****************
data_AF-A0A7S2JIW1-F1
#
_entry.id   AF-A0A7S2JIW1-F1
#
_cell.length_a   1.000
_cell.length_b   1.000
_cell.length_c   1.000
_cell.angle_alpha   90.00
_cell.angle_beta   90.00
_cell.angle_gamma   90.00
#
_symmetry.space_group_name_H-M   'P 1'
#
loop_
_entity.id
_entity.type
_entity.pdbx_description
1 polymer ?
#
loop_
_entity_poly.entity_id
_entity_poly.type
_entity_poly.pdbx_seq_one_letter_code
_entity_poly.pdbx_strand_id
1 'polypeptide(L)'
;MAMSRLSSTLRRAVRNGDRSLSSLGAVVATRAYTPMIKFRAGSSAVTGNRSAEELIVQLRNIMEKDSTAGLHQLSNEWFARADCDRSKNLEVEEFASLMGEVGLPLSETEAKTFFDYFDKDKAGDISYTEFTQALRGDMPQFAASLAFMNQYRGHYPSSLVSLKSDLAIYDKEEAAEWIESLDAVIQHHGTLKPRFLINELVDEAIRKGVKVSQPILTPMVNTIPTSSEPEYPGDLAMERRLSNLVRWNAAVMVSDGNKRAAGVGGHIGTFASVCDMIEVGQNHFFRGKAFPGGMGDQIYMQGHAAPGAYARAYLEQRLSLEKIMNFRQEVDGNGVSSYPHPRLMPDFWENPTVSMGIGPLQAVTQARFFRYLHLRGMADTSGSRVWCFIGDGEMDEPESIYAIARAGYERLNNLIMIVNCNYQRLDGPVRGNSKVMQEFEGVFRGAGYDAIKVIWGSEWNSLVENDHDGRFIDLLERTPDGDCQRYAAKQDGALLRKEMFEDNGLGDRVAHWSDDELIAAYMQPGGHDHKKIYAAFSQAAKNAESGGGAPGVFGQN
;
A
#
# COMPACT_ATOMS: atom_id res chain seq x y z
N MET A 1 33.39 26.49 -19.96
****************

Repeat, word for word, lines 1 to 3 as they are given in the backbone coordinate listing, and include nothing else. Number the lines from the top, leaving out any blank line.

data_AF-A0A7S2JIW1-F1
#
_entry.id   AF-A0A7S2JIW1-F1